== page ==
Type 1 diabetes, hyperglycemia, and structural brain changes in children.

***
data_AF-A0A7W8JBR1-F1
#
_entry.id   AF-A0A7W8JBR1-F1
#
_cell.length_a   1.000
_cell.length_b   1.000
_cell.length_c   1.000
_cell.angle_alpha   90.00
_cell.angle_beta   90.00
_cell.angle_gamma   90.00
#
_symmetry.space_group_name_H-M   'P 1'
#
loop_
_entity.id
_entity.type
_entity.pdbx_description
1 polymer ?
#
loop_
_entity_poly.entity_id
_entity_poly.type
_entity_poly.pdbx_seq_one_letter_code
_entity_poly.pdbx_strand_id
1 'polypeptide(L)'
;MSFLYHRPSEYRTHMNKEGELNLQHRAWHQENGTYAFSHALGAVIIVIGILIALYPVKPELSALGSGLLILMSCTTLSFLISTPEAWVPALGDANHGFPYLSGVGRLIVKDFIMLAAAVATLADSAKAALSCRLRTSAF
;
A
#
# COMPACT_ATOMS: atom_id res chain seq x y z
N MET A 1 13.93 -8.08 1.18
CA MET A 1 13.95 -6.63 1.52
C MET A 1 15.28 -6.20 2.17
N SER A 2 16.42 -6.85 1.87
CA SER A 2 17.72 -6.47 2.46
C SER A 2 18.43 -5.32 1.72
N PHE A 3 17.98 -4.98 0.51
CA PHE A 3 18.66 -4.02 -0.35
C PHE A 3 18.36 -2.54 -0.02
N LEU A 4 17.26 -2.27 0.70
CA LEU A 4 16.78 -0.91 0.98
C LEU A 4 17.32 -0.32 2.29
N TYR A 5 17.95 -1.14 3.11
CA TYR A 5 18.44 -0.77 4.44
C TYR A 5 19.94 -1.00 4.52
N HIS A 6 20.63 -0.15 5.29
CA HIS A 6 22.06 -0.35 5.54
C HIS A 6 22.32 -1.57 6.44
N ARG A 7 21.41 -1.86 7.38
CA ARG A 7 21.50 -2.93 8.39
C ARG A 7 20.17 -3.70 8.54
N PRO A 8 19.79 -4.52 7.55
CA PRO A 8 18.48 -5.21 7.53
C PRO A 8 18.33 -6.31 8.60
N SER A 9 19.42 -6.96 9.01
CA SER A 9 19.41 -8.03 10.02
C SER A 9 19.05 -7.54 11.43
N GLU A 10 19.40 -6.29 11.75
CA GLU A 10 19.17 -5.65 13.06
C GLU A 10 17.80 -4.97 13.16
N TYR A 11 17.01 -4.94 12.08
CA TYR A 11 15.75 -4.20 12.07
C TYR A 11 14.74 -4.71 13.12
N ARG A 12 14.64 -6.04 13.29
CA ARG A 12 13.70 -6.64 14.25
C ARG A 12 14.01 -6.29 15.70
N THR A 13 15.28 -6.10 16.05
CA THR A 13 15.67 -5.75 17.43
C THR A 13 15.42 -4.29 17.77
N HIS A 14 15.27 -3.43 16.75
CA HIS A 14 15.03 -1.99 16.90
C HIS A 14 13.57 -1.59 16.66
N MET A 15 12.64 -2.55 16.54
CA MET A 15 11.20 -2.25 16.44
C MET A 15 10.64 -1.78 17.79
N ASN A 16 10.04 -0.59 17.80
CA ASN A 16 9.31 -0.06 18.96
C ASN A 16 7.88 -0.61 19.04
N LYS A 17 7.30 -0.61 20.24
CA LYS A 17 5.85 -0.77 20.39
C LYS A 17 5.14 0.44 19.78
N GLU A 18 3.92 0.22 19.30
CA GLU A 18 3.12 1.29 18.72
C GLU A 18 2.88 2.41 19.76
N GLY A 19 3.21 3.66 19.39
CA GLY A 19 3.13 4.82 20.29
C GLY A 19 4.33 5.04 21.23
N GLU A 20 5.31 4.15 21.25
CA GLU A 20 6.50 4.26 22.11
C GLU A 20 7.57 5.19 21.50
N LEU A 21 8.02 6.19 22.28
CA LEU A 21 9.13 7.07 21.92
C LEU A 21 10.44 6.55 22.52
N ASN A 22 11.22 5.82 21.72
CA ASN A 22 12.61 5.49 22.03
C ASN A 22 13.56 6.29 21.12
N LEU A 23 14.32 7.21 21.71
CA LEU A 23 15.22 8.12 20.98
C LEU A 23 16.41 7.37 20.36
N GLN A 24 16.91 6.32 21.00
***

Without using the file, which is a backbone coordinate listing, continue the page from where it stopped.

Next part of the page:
It has previously been observed that young children with type 1 diabetes have changes in brain structure, when compared to children without diabetes. However, it has not been known how these differences in brain structure might change over time. To help address this knowledge gap, Drs. Tsalikian and Tansey have helped conduct a multicenter longitudinal trial following over 100 children with type 1 diabetes. The children underwent repeated brain imaging with MRI over an average span of 6 years time. The results from this study have now been published in the prestigious journal Diabetes Care (link). The study found that the brains of children with type 1 diabetes exhibited smaller volume, and that this difference became greater over time. Importantly, higher blood sugar levels were correlated with greater loss of brain volume. These results lend further credence to the notion that loss of brain tissue is a complication of childhood diabetic hyperglycemia. Furthermore, the results suggest that meticulous glycemic control might prevent these structural brain changes. Since the study was correlative, these conclusions are not fully definitive and further study is needed. It remains crucial that children with diabetes be followed by an expert pediatric endocrinology team, such as at the University of Iowa. Several other of our division members contributed to this work, including study coordinators Julie Coffey MSN and Rachel Bisbee. We also thank the families and children who volunteered as participants in this study.

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